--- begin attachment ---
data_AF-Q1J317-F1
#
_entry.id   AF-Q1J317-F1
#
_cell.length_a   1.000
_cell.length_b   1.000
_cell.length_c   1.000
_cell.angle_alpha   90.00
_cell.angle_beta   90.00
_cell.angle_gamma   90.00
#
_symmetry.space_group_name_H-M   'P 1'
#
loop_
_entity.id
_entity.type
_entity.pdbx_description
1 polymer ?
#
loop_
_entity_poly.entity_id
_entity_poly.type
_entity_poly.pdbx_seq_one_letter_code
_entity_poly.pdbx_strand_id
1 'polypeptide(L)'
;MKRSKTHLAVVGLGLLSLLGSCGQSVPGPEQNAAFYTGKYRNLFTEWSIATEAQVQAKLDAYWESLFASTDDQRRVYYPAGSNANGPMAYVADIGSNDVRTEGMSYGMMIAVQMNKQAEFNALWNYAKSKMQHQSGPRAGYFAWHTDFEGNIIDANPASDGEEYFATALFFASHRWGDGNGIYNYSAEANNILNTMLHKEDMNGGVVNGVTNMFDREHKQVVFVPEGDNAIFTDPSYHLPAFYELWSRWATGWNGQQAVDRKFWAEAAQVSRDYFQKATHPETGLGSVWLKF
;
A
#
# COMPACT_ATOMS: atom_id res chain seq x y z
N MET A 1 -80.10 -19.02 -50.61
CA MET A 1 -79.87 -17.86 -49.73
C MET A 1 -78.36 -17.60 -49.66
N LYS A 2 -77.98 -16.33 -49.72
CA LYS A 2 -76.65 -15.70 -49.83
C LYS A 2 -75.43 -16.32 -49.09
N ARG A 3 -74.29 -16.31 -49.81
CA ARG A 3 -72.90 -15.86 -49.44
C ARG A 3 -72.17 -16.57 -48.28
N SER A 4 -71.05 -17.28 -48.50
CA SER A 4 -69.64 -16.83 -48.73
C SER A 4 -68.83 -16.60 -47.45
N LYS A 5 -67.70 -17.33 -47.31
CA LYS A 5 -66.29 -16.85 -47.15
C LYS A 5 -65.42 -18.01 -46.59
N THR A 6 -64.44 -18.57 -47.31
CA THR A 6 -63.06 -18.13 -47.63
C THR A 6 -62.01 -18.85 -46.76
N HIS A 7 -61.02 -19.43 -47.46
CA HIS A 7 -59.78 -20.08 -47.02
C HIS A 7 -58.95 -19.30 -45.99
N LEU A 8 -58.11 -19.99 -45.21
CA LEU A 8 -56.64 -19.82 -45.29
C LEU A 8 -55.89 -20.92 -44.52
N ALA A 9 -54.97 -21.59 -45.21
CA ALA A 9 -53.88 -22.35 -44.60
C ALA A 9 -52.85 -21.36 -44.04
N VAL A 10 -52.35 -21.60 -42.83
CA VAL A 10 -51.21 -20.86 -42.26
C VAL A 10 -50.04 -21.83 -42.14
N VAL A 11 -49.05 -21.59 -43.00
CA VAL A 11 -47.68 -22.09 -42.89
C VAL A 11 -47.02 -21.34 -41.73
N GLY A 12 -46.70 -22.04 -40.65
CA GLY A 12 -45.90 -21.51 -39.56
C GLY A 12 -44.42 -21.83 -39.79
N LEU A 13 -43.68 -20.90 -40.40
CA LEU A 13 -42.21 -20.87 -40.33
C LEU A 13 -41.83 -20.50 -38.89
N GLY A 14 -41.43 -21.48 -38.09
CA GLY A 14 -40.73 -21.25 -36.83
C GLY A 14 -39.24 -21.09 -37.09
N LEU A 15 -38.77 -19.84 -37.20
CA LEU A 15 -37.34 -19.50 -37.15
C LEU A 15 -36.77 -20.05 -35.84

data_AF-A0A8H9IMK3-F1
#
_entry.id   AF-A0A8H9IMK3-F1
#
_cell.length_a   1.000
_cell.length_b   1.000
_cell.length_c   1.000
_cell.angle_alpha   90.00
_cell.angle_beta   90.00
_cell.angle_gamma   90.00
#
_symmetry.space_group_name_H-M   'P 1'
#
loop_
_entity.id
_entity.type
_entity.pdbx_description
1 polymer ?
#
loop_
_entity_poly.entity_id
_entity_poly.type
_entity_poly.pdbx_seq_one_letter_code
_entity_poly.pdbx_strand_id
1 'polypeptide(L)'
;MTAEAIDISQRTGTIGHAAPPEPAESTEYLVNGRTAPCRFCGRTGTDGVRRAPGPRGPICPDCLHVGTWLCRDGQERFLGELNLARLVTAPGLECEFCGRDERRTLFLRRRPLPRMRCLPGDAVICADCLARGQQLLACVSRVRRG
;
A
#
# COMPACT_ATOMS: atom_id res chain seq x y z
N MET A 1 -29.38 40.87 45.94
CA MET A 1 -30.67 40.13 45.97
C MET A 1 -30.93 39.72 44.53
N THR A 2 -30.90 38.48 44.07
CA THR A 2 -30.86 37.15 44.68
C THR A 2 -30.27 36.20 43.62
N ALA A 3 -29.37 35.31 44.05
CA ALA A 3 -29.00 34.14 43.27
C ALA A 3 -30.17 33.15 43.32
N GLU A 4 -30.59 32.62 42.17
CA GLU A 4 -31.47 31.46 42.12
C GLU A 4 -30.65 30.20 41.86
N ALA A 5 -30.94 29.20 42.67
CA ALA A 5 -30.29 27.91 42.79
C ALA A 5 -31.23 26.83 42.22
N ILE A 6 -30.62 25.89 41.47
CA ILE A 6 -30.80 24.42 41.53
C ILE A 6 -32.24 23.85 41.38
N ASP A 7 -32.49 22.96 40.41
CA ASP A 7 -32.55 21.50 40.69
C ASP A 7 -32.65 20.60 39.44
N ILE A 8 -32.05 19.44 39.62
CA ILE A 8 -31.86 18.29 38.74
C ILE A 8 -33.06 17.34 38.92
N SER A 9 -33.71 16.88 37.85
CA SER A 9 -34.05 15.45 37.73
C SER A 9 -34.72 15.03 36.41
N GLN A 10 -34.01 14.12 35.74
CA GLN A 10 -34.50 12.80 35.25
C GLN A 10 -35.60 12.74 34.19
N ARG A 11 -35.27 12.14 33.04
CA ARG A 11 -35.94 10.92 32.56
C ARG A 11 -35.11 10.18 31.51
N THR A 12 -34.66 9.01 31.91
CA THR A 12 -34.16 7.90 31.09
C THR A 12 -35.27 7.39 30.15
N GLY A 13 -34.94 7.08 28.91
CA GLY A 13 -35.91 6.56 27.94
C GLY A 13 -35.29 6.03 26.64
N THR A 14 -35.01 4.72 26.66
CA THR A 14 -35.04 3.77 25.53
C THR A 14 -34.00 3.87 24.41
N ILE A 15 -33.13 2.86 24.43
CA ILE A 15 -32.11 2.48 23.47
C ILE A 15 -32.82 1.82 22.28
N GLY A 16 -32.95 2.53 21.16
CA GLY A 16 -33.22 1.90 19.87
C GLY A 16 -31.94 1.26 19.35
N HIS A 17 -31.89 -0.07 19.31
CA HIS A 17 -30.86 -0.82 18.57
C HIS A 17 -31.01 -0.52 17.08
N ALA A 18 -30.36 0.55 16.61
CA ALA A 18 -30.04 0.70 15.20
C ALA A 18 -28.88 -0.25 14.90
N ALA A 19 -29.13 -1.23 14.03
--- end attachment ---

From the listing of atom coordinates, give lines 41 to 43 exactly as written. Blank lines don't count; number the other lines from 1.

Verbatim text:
CA SER A 4 -69.64 -16.83 -48.73
C SER A 4 -68.83 -16.60 -47.45
N LYS A 5 -67.70 -17.33 -47.31